Thursday

13th May 2021

EU leaders' social media 'fail' in first 40 days of pandemic

  • Communication on Twitter by European politicians at th start of the outbreak was 'individualistic' and 'ineffective', the research found (Photo: European Union)

European leaders of countries hit worst by the first coronavirus outbreak failed to exploit the potential of social media, and their own millions of followers, to encourage citizens to comply with the rules, a new study has found.

The report estimated that video content and social media usage increased 33 percent during the Covid-19 pandemic.

Read and decide

Join EUobserver today

Become an expert on Europe

Get instant access to all articles — and 20 years of archives. 14-day free trial.

... or subscribe as a group

But online political communication has mostly centred on Twitter.

The analysis, looking at the Twitter usage of French president Emmanuel Macron, Spanish prime minister Pedro Sánchez, Italian former head of state Giuseppe Conte, UK prime minister Boris Johnson and the European Commission president Ursula von der Leyen, concludes that these politicians missed the opportunity to build leadership and use social media effectively as a principal source of communication with citizens when the pandemic broke out.

"During the health crises of the last decade, social media has played a fundamental role in delivering timely key messages and behavioural instructions to a large part of the population," said Sebastián Sánchez, one of the authors of the study.

"During the dramatic first 40 days [of the pandemic], European communication required clear, compelling and coordinated discourse by political actors. But this did not take place," he added.

"The population was mired in information overload, and it was the population that demanded specific guidelines, the scientific rigour and tranquillity that the leaders are expected to deliver," he warned, arguing that the communication on Twitter of European politicians turned out to be "individualistic" and "ineffective".

The report suggests that leaders also missed an early opportunity to "lead by example" since they did not show themselves wearing masks, washing their hands or practising social distancing in most of their tweets.

EU leaders opted to maintain a "top-down communication strategy" using the microblogging platform mostly as a news service.

The authors criticised, for example, that the length of the videos posted by Sanchez was excessive (an average of 49 minutes) - making it difficult for his followers to quickly understand the key issues.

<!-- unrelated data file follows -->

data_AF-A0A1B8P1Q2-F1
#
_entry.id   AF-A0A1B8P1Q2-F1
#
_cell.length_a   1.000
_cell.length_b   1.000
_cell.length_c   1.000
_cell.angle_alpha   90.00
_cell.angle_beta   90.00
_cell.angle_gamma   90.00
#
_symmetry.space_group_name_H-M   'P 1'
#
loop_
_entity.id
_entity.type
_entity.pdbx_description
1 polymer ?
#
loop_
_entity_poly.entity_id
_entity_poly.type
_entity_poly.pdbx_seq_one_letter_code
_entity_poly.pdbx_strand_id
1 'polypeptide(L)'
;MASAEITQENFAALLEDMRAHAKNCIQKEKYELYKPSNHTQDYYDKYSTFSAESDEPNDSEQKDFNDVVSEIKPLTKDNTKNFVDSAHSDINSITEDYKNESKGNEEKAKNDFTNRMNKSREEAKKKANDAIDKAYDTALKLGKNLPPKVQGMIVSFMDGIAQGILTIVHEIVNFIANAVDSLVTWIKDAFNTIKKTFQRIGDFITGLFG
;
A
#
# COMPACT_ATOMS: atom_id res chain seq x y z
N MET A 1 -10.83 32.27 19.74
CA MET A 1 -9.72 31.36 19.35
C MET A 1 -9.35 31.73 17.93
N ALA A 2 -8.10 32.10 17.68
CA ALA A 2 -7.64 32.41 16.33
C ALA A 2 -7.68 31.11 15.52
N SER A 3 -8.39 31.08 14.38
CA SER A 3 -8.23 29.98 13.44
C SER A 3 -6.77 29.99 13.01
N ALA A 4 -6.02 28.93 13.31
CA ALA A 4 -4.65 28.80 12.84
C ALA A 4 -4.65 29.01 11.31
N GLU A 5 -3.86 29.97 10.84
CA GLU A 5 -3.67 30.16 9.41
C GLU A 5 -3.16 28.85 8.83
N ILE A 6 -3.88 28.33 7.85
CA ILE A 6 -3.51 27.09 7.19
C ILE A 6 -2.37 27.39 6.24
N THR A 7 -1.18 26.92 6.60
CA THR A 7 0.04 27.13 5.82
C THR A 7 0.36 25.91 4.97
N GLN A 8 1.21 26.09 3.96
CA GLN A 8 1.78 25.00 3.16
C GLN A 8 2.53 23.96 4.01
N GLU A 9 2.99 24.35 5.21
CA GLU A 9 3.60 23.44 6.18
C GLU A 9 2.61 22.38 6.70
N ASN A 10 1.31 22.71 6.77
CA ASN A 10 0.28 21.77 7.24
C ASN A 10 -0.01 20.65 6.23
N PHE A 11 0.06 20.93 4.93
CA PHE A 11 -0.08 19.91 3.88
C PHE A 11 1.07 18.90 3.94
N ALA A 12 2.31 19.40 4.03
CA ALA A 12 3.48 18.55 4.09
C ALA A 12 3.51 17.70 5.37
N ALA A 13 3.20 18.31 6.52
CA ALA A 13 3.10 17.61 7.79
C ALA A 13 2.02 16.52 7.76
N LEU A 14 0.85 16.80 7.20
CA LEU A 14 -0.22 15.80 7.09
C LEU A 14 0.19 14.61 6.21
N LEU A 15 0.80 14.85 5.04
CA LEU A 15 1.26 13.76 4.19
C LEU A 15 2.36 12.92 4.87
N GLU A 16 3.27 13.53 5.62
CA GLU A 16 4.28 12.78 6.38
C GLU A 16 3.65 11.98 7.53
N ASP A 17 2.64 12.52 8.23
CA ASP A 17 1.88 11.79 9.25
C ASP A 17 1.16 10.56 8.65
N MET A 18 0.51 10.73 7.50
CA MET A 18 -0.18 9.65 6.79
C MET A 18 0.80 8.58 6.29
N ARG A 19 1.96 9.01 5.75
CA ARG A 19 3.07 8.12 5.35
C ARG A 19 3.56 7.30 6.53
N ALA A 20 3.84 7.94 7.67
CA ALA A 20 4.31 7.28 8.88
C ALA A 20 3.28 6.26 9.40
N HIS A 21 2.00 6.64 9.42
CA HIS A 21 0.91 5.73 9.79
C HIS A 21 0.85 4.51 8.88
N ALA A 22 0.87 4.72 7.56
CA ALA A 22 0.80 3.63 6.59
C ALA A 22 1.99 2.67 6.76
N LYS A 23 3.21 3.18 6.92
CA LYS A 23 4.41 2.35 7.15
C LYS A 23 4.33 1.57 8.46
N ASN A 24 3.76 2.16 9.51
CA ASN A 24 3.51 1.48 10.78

Additionally, European head of state governments failed to demonstrate an empathy for citizens.

Only Johnson's Twitter use, which combined selfies and other personal pictures, for instance, during his confinement, established direct communication with his followers.

That is important because "the more proximity shown by the leader, the more impact is achieved," the authors note.

Moreover, the prime ministers and leaders who most presented themselves in "a leadership position", such as an office, a press room or the street with a crowd around them, were Macron and von der Leyen.

However, social distancing measures were not always observed in the audiovisual content published by leaders during the first days of the pandemic, representing what researchers have called a "counter-intuitive situation".

Turkey to fine social media giants under new law

Facebook, Instagram, Twitter, Periscope, YouTube and TikTok were fined by Turkish authoirties for failing to appoint a representative able to address complaints, as required by a new law.

'Big Five' tech giants spent €19m lobbying EU in 2020

The increased regulatory scrutiny of tech giants such as Google, Facebook and Microsoft has triggered a rise in lobbying activities by these companies in Brussels, and, accordingly, an exponential grow of their budget for these activities.

News in Brief

  1. No EUobserver newsletter on Friday 14 May
  2. Germany stops Facebook gathering WhatsApp data
  3. Italy rebuts reports of EU deal with Libya
  4. MEPs demand EU states protect women's reproductive rights
  5. At least nine dead in Russia school shooting
  6. Bulgaria interim government appointed until July election
  7. German priests defy pope to bless same-sex couples
  8. New EU public prosecutor faults Slovenia

Stakeholders' Highlights

  1. Nordic Council of MinistersNordic Council enters into formal relations with European Parliament
  2. Nordic Council of MinistersWomen more active in violent extremist circles than first assumed
  3. Nordic Council of MinistersDigitalisation can help us pick up the green pace
  4. Nordic Council of MinistersCOVID19 is a wake-up call in the fight against antibiotic resistance
  5. Nordic Council of MinistersThe Nordic Region can and should play a leading role in Europe’s digital development
  6. Nordic Council of MinistersNordic Council to host EU webinars on energy, digitalisation and antibiotic resistance

Latest News

  1. EU aims at 'zero pollution' in air, water and soil by 2050
  2. French police arrest Luxembourg former top spy
  3. Vaccine drives spur better-than-expected EU economic recovery
  4. Slovenia causing headaches for new EU anti-graft office
  5. 'No place to hide' in Gaza, as fighting escalates
  6. EU chases 90m AstraZeneca vaccines in fresh legal battle
  7. Fidesz MEP oversees FOI appeals on disgraced Fidesz MEP
  8. Belgium outlines summer Covid relaxation plans

Join EUobserver

Support quality EU news

Join us